## Thursday, October 30, 2014

The Decimal data type provides the greatest number of significant digits for a number. It supports up to 29 significant digits and can represent values in excess of 7.9228 x 10^28. It is particularly suitable for calculations, such as financial, that require a large number of digits but cannot tolerate rounding errors.

### Dim d1, d2, d3, d4 As Decimal  d1 = 2.375D d2 = 1.625D  d3 = d1 + d2 d4 = 4.000D MsgBox("d1 = " & CStr(d1) & ", d2 = " & CStr(d2) &  ", d3 = " & CStr(d3) & ", d4 = " & CStr(d4) The output of MsgBox in the preceding example is as follows: d1 = 2.375, d2 = 1.625, d3 = 4.000, d4 = 4

Type Characters. Appending the literal type character D to a literal forces it to the Decimal data type. Appending the identifier type character @ to any identifier forces it to Decimal.
Framework Type. The corresponding type in the .NET Framework is the System.Decimal structure.

### Range

You might need to use the D type character to assign a large value to a Decimal variable or constant. This requirement is because the compiler interprets a literal as Longunless a literal type character follows the literal, as the following example shows.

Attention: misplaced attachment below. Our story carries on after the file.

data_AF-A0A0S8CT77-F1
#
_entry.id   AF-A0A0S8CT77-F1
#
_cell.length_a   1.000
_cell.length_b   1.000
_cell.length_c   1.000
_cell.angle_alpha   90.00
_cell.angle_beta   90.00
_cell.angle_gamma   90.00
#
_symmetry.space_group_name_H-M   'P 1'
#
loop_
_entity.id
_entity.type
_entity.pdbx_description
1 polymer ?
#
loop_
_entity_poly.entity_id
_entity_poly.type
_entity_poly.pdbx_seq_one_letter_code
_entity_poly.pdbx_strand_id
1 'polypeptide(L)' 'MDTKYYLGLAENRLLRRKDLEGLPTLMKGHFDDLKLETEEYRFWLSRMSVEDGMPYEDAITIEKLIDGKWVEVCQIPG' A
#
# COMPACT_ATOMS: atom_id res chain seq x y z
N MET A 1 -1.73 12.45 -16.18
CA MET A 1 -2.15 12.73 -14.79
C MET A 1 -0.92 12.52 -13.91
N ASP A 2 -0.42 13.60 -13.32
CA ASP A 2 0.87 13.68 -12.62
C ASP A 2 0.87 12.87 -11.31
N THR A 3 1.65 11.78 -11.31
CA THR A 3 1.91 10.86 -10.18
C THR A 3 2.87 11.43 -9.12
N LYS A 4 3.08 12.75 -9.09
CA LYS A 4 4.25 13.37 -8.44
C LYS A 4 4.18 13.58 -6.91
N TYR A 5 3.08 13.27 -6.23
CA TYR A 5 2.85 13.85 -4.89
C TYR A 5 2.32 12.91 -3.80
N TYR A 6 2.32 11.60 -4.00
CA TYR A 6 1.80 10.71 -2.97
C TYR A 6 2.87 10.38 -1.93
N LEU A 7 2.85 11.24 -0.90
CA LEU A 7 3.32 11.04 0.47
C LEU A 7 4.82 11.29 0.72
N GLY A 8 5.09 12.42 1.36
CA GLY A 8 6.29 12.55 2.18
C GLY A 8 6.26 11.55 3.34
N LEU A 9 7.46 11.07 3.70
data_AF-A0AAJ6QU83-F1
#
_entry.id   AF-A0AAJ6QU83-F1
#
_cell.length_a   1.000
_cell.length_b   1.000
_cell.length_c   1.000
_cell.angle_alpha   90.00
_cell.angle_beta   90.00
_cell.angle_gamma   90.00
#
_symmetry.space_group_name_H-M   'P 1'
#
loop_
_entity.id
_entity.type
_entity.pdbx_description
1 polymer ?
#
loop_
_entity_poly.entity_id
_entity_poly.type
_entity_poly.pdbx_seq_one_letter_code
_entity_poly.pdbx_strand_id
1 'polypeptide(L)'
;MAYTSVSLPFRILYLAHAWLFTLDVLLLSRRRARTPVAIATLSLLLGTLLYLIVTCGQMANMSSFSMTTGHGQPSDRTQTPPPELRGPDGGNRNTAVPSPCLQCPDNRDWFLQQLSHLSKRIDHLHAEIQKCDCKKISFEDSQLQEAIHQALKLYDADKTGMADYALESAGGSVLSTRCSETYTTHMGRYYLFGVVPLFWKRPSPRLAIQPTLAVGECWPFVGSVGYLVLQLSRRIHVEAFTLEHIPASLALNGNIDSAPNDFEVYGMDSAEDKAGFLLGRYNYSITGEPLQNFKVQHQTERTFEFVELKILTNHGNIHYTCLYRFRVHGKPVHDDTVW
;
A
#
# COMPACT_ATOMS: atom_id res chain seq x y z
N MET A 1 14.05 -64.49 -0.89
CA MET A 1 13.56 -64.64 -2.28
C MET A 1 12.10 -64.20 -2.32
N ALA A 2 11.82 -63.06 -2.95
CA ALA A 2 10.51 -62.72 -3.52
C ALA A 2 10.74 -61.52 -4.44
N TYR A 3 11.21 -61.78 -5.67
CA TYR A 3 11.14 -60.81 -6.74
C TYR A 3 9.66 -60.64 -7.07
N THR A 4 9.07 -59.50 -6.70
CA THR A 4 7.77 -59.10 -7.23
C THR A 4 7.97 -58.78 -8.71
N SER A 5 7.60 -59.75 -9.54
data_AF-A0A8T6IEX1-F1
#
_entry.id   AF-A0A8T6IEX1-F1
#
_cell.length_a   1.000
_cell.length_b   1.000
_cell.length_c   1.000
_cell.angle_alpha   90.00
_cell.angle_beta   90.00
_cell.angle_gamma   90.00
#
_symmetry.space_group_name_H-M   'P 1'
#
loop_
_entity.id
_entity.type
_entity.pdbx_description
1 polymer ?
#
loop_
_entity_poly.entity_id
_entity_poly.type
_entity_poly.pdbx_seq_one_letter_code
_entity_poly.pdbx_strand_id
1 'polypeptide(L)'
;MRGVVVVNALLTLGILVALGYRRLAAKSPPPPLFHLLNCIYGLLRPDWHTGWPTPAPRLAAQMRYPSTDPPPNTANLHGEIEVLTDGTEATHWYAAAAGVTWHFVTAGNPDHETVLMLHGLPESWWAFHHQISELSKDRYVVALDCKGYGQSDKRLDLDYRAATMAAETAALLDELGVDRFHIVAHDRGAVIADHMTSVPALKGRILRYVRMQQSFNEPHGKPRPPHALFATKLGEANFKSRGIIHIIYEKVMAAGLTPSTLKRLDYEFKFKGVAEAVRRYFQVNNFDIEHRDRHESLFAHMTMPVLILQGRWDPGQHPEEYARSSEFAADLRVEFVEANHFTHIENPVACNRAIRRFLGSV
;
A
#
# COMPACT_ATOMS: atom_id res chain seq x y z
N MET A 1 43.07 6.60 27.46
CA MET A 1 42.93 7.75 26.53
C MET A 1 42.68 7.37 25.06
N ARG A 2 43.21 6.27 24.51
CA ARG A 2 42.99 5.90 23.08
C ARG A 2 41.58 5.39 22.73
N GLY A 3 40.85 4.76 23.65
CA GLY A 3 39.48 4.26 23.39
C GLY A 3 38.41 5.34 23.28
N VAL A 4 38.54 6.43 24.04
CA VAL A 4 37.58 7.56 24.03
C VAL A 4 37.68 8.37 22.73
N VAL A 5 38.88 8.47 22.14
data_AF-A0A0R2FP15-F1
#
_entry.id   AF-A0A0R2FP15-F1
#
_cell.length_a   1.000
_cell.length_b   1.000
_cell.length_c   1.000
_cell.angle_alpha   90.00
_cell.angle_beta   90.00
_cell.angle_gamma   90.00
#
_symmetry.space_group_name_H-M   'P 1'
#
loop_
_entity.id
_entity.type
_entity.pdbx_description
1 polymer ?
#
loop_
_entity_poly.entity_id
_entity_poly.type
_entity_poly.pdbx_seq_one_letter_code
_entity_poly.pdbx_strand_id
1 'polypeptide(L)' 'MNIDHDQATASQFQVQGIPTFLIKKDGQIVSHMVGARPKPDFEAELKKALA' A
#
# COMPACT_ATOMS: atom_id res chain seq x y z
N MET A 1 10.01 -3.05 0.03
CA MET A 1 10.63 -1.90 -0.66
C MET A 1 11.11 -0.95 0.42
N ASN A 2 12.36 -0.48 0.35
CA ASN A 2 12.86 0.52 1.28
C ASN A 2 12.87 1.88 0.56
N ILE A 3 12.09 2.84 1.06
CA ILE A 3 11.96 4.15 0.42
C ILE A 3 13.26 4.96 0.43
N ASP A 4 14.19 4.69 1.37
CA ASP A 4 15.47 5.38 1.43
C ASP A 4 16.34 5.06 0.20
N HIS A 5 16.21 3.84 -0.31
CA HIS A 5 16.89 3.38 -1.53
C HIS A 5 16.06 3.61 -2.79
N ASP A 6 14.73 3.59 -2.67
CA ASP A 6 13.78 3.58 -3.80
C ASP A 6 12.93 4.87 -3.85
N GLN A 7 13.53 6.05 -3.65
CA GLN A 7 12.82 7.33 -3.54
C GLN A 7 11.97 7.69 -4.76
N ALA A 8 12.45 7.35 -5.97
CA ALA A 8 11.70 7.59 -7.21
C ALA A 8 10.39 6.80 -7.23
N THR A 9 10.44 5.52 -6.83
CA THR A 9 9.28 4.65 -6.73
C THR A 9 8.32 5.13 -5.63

`Dim bigDec1 As Decimal = 9223372036854775807   ' No overflow.`
`Dim bigDec2 As Decimal = 9223372036854775808   ' Overflow.`
`Dim bigDec3 As Decimal = 9223372036854775808D  ' No overflow.`
The declaration for bigDec1 doesn't produce an overflow because the value that's assigned to it falls within the range for Long. The Long value can be assigned to the Decimalvariable.
The declaration for bigDec2 generates an overflow error because the value that's assigned to it is too large for Long. Because the numeric literal can't first be interpreted as aLong, it can't be assigned to the Decimal variable.

For bigDec3, the literal type character D solves the problem by forcing the compiler to interpret the literal as a Decimal instead of as a Long.